March 1 marks Self-Injury Awareness Day, an international movement that aims to inform the public about self-injury. For more than 15 years, Self-Injury Awareness Day has been an outlet for mental health professionals to get reliable information about the topic to the general public. This year’s theme for Self-Injury Awareness Day is “Judge Less, Understand More.” How much do you know about self-injury?
What is self-injury?
According to the National Alliance on Mental Illness, self-injury, or self-harm, is the act of hurting yourself on purpose. Self-injury can vary from person to person, and can include harmful activities like cutting, burning, hitting, or pulling hair. While most self-injury is done in secret, there have been studies that have demonstrated self-injury is prevalent. In fact, the American Foundation for Suicide Prevention notes that in 2015, more than 500,000 people went to the hospital due to self-injury.
Self-injury is a sign of emotional distress, and should be taken seriously. However, due to the secrecy and shame regarding self-harm, it can be difficult to know when someone is hurting themselves. It is also important to note that self-harm behaviors do not necessarily mean a person is suicidal. In any case, self-injury behaviors should be addressed with compassion and appropriate treatment protocol.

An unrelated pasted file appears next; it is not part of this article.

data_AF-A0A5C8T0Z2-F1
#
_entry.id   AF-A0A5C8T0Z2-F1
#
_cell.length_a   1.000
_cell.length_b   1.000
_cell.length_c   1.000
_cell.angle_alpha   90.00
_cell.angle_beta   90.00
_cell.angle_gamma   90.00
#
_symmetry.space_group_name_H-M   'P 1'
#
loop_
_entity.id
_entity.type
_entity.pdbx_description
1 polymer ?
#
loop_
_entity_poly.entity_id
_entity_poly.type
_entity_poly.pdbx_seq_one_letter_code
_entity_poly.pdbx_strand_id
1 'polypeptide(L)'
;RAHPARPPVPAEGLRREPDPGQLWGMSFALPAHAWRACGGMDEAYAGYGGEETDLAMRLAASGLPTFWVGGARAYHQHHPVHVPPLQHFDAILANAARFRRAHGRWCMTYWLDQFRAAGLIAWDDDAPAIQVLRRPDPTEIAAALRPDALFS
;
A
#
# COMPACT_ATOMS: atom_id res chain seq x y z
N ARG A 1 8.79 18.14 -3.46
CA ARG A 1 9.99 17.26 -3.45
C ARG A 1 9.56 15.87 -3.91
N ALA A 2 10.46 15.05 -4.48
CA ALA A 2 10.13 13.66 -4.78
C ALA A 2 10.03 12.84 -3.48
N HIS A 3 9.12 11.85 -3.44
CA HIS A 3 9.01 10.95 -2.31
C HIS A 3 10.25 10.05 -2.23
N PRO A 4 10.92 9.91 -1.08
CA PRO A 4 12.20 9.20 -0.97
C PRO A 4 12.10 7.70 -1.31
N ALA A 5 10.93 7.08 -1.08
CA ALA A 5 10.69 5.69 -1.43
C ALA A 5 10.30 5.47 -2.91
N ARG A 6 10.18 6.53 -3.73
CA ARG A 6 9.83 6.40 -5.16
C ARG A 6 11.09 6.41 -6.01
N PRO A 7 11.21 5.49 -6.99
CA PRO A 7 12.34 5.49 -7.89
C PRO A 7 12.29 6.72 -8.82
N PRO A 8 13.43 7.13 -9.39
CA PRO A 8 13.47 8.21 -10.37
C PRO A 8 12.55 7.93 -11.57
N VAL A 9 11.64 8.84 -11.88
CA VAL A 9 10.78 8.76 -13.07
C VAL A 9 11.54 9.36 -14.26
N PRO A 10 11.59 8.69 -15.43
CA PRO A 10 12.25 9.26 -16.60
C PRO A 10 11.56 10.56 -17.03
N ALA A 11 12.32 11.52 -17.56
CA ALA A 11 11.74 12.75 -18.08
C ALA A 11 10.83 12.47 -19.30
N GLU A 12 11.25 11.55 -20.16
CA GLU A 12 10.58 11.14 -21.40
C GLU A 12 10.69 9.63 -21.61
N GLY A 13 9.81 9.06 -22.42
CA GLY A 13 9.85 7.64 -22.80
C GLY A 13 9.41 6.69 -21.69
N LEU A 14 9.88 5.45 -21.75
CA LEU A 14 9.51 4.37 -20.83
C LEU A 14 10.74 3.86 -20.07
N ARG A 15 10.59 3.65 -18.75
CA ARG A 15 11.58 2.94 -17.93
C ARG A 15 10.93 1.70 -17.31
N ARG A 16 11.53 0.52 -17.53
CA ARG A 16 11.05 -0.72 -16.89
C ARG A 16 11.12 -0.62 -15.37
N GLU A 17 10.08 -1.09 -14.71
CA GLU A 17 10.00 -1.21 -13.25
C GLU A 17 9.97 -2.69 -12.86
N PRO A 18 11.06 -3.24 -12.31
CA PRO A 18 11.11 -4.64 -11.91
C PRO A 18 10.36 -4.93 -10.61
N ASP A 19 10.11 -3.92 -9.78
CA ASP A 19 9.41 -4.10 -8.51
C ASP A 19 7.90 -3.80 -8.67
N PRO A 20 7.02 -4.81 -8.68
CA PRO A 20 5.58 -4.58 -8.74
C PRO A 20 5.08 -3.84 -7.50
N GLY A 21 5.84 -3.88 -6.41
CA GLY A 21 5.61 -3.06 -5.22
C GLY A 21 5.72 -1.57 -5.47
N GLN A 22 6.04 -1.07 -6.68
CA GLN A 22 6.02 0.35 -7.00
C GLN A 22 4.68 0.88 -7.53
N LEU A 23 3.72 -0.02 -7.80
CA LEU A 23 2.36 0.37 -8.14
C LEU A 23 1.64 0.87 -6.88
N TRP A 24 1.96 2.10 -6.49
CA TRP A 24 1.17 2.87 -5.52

What are signs of self-injury?
While every individual is different and unique, there are some signs that could indicate that a person is practicing self-injury. Here are just a few:
- Wearing long sleeved shirts or covering certain areas of the body consistently, even when the weather may not agree with the clothing choice
- Scars, bruises, or fresh cuts
- Having sharp objects on hand and readily available
- Difficulty maintaining relationships
- Talking about feeling sad, angry, or frustrated
- Ritual behavior at the same time every day or week
- Increasing solitude
What are treatment options for self-injury?
Self-injury is not always a sign of depression. It can also indicate inability to cope with past trauma, anger, or frustration. In any case, the self-harm gives the individual a feeling of release, which they continue to seek through more self-injury behaviors.
Fortunately, self-injury can be treated through a protocol of talk therapy, and sometimes medications. To find a mental health professional near you, check out our Get Help page.
How can I find help?
This March, make an effort to get to know more about self-injury. If you, or someone you love, is participating in self-harm activities, there is help and support near you.